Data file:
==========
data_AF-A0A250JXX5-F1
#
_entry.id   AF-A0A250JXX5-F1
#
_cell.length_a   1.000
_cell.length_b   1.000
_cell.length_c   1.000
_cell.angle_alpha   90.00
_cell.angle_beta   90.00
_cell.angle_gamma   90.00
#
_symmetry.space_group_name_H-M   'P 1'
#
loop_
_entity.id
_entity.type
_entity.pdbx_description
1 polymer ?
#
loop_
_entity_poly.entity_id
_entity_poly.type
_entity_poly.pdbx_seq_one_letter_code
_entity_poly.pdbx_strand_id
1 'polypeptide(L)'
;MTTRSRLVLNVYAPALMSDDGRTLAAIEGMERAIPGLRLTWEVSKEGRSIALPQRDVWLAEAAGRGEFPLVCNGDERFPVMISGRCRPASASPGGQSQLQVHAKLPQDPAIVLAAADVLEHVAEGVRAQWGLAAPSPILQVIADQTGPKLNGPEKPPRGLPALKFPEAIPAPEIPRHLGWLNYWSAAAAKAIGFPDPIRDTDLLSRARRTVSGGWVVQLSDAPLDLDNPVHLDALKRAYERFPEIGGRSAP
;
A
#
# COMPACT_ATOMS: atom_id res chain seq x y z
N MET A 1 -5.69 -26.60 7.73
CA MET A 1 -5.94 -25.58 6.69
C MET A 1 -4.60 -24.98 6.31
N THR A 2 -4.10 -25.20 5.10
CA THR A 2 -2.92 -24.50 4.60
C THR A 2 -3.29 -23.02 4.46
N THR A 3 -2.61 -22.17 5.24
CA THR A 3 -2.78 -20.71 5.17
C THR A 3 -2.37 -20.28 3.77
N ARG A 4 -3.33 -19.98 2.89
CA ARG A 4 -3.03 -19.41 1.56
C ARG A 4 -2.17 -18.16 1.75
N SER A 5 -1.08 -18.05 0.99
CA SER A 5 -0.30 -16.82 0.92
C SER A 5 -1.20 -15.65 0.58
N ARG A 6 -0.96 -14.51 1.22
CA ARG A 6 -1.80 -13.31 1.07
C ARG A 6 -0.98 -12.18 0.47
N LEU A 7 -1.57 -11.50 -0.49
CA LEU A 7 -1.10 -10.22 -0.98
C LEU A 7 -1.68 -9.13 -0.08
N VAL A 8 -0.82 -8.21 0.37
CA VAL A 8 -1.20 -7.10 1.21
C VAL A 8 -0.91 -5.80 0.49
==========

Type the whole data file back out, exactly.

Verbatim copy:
data_AF-A0A250JXX5-F1
#
_entry.id   AF-A0A250JXX5-F1
#
_cell.length_a   1.000
_cell.length_b   1.000
_cell.length_c   1.000
_cell.angle_alpha   90.00
_cell.angle_beta   90.00
_cell.angle_gamma   90.00
#
_symmetry.space_group_name_H-M   'P 1'
#
loop_
_entity.id
_entity.type
_entity.pdbx_description
1 polymer ?
#
loop_
_entity_poly.entity_id
_entity_poly.type
_entity_poly.pdbx_seq_one_letter_code
_entity_poly.pdbx_strand_id
1 'polypeptide(L)'
;MTTRSRLVLNVYAPALMSDDGRTLAAIEGMERAIPGLRLTWEVSKEGRSIALPQRDVWLAEAAGRGEFPLVCNGDERFPVMISGRCRPASASPGGQSQLQVHAKLPQDPAIVLAAADVLEHVAEGVRAQWGLAAPSPILQVIADQTGPKLNGPEKPPRGLPALKFPEAIPAPEIPRHLGWLNYWSAAAAKAIGFPDPIRDTDLLSRARRTVSGGWVVQLSDAPLDLDNPVHLDALKRAYERFPEIGGRSAP
;
A
#
# COMPACT_ATOMS: atom_id res chain seq x y z
N MET A 1 -5.69 -26.60 7.73
CA MET A 1 -5.94 -25.58 6.69
C MET A 1 -4.60 -24.98 6.31
N THR A 2 -4.10 -25.20 5.10
CA THR A 2 -2.92 -24.50 4.60
C THR A 2 -3.29 -23.02 4.46
N THR A 3 -2.61 -22.17 5.24
CA THR A 3 -2.78 -20.71 5.17
C THR A 3 -2.37 -20.28 3.77
N ARG A 4 -3.33 -19.98 2.89
CA ARG A 4 -3.03 -19.41 1.56
C ARG A 4 -2.17 -18.16 1.75
N SER A 5 -1.08 -18.05 0.99
CA SER A 5 -0.30 -16.82 0.92
C SER A 5 -1.20 -15.65 0.58
N ARG A 6 -0.96 -14.51 1.22
CA ARG A 6 -1.80 -13.31 1.07
C ARG A 6 -0.98 -12.18 0.47
N LEU A 7 -1.57 -11.50 -0.49
CA LEU A 7 -1.10 -10.22 -0.98
C LEU A 7 -1.68 -9.13 -0.08
N VAL A 8 -0.82 -8.21 0.37
CA VAL A 8 -1.20 -7.10 1.21
C VAL A 8 -0.91 -5.80 0.49